The dosage of the drug taken, or the amount of THC administrated in the body is proportional to the time taken for its removal. If a person has smoked more quantity of marijuana, the window of detection will also be prolonged.

Establishing the amount of marijuana consumed can be a tricky task. Even a small amount of marijuana rich in THC is enough to elicit an extreme response. So while consuming the drug, it is important to keep in mind the concentration of THC present.

  • Frequency of use:

As stated earlier, long term and frequent users are likely to retain the drug in their system for longer periods of time. This is because with prolonged use, body is supplied with excessive amounts of THC that tend to accumulate in certain body tissues such as fat and hair. Over time, the stored drug is gradually released and removed from the body. As a result, the person tests positive for a much longer period. Greater the amount of stored THC and its metabolites, longer will be the time taken for its removal.

  • Mode of administration:

Marijuana can be consumed in a number of ways such as:

  • Smoking it in the form of joints of blunts
  • Eating marijuana containing brownies or gummies

The mode of administration influences the way THC is absorbed, metabolized and excreted   from the body.

Inhalation:

In case of smoking, THC is directly absorbed in the blood via lungs. As a result, the effects produced by it are quick. The blood levels of THC reach their peak values within 10 minutes of smoking and they are just as quick to fall. In case of most occasional or first time users, the drug levels drop by 60% after the last puff. Within 3-12 hours, the levels fall below detectable range.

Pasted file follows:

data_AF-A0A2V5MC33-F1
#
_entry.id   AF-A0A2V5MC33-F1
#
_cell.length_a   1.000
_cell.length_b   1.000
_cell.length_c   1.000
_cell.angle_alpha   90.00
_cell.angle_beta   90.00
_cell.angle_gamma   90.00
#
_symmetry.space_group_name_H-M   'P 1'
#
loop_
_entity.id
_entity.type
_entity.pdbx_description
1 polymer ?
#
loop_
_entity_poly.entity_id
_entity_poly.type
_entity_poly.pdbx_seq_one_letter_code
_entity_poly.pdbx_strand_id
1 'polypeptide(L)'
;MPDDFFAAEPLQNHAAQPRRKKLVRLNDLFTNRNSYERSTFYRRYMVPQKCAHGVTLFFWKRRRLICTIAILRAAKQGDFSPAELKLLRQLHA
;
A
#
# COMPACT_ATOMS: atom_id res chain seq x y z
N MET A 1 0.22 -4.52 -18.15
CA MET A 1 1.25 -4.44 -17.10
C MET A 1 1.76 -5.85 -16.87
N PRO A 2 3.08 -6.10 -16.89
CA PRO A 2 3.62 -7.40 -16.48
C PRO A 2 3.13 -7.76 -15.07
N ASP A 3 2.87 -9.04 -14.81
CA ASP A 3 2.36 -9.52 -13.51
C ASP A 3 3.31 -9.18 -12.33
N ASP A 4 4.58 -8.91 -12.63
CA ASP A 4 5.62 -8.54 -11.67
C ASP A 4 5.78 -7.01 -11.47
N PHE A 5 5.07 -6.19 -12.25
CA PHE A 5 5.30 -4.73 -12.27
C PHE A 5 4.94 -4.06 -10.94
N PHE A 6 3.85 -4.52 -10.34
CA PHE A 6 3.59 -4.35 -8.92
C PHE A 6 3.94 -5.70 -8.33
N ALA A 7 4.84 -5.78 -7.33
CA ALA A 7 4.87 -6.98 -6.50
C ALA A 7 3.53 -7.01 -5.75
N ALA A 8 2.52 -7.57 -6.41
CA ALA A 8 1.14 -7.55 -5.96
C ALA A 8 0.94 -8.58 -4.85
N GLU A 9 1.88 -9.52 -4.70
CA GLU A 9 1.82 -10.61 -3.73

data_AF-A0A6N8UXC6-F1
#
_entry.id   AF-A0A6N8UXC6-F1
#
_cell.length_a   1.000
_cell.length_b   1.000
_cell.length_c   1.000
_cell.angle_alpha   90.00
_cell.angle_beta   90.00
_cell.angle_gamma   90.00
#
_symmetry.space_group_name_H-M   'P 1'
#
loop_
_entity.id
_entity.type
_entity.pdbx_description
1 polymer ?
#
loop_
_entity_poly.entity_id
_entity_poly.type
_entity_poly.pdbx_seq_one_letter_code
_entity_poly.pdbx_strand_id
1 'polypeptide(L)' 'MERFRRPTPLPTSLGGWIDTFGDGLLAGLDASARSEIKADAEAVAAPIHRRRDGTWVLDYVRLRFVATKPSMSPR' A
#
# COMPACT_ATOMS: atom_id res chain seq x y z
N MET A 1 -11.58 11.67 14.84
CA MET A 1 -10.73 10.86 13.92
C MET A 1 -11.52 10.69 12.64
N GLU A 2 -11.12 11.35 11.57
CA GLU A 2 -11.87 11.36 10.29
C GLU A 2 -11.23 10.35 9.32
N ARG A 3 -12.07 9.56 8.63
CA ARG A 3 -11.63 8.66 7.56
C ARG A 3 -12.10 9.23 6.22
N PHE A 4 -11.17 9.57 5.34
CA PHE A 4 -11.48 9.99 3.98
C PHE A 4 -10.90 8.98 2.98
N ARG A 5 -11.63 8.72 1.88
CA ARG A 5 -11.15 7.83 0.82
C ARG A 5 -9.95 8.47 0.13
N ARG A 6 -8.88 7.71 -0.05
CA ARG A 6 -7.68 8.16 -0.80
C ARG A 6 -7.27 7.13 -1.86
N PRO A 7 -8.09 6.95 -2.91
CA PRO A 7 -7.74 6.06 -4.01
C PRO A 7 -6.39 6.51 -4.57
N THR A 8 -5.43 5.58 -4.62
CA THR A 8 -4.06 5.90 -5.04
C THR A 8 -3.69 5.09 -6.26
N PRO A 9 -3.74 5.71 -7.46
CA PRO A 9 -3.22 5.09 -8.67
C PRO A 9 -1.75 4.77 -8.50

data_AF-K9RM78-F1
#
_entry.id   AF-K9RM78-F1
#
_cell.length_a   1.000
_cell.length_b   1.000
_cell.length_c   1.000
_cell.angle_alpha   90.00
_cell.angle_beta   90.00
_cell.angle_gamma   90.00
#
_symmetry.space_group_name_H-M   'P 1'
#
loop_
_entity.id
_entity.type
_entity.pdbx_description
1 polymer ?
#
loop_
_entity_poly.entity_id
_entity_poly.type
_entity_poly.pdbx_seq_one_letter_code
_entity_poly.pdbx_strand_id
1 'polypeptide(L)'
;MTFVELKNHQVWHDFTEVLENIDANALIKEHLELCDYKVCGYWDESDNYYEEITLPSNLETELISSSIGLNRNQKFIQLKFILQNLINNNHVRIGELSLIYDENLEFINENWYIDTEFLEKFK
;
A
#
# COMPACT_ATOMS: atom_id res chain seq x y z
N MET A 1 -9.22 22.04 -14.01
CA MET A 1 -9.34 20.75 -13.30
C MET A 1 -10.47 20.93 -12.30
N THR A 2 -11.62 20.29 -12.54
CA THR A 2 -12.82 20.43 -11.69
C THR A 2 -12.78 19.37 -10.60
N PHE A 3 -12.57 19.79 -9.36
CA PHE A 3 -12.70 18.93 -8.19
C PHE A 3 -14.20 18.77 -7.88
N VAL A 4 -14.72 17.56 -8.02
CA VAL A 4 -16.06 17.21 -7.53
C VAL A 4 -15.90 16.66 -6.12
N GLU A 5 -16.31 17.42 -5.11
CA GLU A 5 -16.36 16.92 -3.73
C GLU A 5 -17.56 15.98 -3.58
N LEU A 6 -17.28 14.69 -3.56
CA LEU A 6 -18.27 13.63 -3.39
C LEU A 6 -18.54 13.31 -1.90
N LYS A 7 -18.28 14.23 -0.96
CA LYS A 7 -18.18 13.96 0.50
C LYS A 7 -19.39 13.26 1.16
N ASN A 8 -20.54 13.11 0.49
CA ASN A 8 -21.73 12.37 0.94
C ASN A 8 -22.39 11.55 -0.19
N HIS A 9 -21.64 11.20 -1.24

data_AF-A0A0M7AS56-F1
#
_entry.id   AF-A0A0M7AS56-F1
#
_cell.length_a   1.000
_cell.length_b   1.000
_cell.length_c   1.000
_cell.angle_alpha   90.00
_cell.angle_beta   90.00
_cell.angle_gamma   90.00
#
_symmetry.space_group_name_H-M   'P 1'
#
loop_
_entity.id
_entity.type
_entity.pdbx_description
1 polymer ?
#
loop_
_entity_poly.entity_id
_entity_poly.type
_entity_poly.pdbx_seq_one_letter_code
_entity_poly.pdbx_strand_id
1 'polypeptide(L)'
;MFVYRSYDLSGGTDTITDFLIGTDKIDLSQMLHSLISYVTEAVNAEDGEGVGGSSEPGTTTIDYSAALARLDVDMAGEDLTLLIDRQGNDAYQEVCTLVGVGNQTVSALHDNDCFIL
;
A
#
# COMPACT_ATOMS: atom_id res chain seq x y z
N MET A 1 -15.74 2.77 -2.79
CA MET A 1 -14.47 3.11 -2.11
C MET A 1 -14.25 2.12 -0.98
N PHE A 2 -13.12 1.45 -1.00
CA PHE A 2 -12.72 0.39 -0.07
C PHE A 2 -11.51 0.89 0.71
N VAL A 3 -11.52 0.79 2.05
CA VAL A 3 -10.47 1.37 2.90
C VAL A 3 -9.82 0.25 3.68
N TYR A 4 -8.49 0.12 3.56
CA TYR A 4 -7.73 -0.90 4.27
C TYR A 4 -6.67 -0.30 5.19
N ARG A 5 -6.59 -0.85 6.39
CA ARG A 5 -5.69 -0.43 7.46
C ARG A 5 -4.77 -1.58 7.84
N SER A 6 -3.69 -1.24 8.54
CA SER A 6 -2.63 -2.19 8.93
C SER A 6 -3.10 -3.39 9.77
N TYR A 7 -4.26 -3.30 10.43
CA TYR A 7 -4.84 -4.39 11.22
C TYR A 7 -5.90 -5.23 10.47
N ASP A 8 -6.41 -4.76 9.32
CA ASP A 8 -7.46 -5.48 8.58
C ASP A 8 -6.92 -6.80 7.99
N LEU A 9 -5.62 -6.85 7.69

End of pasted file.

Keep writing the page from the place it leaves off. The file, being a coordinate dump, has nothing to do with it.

Oral ingestion:

Consuming marijuana edibles such as brownies or candies produces slow and long lasting effects. As the drug is slowly absorbed into the blood from GIT, it may take 1-5 hours to feel the effects. The time taken for the drug to reach its peak values in the blood depends upon the concentration of THC in the oral formulation. Usually, the blood levels of the drug begin to fall within 24 hours of last consumption. However, some metabolites from the drug may be present in the blood for as long as 50 hours post ingestion.

  • Individual factors:

Individual factors such as age, gender, metabolic rate etc also influence the clearance rate of the drug. Some people are likely to clear off the drug faster than the others even after consuming the same amounts.

  • Height/weight/age/gender:

Factors like height, weight, fat content, gender and age of the user influence the time taken for its removal. People with more fat content have a hard time removing the drug from their system since it gets accumulated in fat cells. Likewise, people with more body mass are quicker to remove it than the people who take high amounts compared to their body mass.

  • Metabolic rate:

Metabolic rate of a person plays a key role in determining the time taken for THC removal. People with an active metabolism excrete the drug at a faster rate. People with slow metabolic rate take longer to convert THC into its metabolites.

  • Polysubstance abuse:

Taking other substances in combination with marijuana can slow down its clearance rate. It is commonly combined with alcohol and the body has to work to remove both the substances simultaneously. However, some supplements can be helpful to speed up the process of THC removal.

  • Active lifestyle:

An active and healthy lifestyle can facilitate the process of THC removal. Doing regular exercise and yoga can help to speed up metabolic rate. Heavy marijuana consumers with an inactive lifestyle may take longer to clear the drug from their system.

Marijuana metabolism and time taken for its removal from the body:

Since THC is the main chemicals associated with the euphoric effects produced by the drug, it is the chemical that is detected during drug tests. The time taken for the absorption and reaching peak values varies depending upon the mode of administration. In case of smoking, blood concentrations peak within 10 minutes while in case of consuming edibles, it may take up to 5 hours. Likewise, when smoked, marijuana is removed from the system faster as it is distributed throughout the body and is metabolized by the liver.